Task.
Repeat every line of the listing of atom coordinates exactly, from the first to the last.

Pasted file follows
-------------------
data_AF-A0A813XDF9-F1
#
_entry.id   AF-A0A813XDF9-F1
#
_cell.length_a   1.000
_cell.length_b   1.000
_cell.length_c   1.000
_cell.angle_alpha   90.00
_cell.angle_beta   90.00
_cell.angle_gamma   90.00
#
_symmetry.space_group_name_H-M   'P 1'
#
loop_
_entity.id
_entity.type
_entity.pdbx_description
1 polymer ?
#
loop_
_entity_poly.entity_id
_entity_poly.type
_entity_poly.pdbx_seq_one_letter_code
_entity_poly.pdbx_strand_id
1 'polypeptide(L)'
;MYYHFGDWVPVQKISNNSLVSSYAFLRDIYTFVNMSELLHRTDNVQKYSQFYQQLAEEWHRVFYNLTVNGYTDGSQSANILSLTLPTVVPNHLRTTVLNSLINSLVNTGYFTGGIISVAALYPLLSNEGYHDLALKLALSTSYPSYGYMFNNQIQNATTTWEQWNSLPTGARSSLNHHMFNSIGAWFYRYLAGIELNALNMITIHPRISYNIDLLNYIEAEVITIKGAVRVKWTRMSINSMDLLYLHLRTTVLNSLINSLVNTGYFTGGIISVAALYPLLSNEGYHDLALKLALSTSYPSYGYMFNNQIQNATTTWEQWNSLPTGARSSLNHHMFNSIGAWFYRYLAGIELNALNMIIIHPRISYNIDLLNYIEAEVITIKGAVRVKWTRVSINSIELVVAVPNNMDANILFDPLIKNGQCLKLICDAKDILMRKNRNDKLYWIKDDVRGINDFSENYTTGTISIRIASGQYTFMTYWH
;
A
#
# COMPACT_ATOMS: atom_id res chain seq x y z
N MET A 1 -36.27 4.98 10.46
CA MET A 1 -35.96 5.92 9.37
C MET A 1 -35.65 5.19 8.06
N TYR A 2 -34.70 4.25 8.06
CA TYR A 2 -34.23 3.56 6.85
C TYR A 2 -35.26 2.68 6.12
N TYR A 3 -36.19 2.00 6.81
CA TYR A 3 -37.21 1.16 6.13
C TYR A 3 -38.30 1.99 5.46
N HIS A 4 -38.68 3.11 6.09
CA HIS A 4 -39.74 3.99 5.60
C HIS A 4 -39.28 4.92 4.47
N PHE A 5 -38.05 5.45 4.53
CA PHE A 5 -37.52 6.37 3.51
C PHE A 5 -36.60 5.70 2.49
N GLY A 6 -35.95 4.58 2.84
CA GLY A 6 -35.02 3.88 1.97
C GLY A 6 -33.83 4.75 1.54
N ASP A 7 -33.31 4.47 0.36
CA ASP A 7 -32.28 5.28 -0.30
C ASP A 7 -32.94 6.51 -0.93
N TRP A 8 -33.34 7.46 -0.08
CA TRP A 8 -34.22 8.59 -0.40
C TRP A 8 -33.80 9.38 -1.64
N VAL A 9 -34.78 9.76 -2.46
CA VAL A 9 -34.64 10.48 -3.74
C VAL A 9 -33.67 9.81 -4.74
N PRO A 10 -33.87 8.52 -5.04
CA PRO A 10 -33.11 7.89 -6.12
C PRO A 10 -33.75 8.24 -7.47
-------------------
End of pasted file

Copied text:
data_AF-A0A813XDF9-F1
#
_entry.id   AF-A0A813XDF9-F1
#
_cell.length_a   1.000
_cell.length_b   1.000
_cell.length_c   1.000
_cell.angle_alpha   90.00
_cell.angle_beta   90.00
_cell.angle_gamma   90.00
#
_symmetry.space_group_name_H-M   'P 1'
#
loop_
_entity.id
_entity.type
_entity.pdbx_description
1 polymer ?
#
loop_
_entity_poly.entity_id
_entity_poly.type
_entity_poly.pdbx_seq_one_letter_code
_entity_poly.pdbx_strand_id
1 'polypeptide(L)'
;MYYHFGDWVPVQKISNNSLVSSYAFLRDIYTFVNMSELLHRTDNVQKYSQFYQQLAEEWHRVFYNLTVNGYTDGSQSANILSLTLPTVVPNHLRTTVLNSLINSLVNTGYFTGGIISVAALYPLLSNEGYHDLALKLALSTSYPSYGYMFNNQIQNATTTWEQWNSLPTGARSSLNHHMFNSIGAWFYRYLAGIELNALNMITIHPRISYNIDLLNYIEAEVITIKGAVRVKWTRMSINSMDLLYLHLRTTVLNSLINSLVNTGYFTGGIISVAALYPLLSNEGYHDLALKLALSTSYPSYGYMFNNQIQNATTTWEQWNSLPTGARSSLNHHMFNSIGAWFYRYLAGIELNALNMIIIHPRISYNIDLLNYIEAEVITIKGAVRVKWTRVSINSIELVVAVPNNMDANILFDPLIKNGQCLKLICDAKDILMRKNRNDKLYWIKDDVRGINDFSENYTTGTISIRIASGQYTFMTYWH
;
A
#
# COMPACT_ATOMS: atom_id res chain seq x y z
N MET A 1 -36.27 4.98 10.46
CA MET A 1 -35.96 5.92 9.37
C MET A 1 -35.65 5.19 8.06
N TYR A 2 -34.70 4.25 8.06
CA TYR A 2 -34.23 3.56 6.85
C TYR A 2 -35.26 2.68 6.12
N TYR A 3 -36.19 2.00 6.81
CA TYR A 3 -37.21 1.16 6.13
C TYR A 3 -38.30 1.99 5.46
N HIS A 4 -38.68 3.11 6.09
CA HIS A 4 -39.74 3.99 5.60
C HIS A 4 -39.28 4.92 4.47
N PHE A 5 -38.05 5.45 4.53
CA PHE A 5 -37.52 6.37 3.51
C PHE A 5 -36.60 5.70 2.49
N GLY A 6 -35.95 4.58 2.84
CA GLY A 6 -35.02 3.88 1.97
C GLY A 6 -33.83 4.75 1.54
N ASP A 7 -33.31 4.47 0.36
CA ASP A 7 -32.28 5.28 -0.30
C ASP A 7 -32.94 6.51 -0.93
N TRP A 8 -33.34 7.46 -0.08
CA TRP A 8 -34.22 8.59 -0.40
C TRP A 8 -33.80 9.38 -1.64
N VAL A 9 -34.78 9.76 -2.46
CA VAL A 9 -34.64 10.48 -3.74
C VAL A 9 -33.67 9.81 -4.74
N PRO A 10 -33.87 8.52 -5.04
CA PRO A 10 -33.11 7.89 -6.12
C PRO A 10 -33.75 8.24 -7.47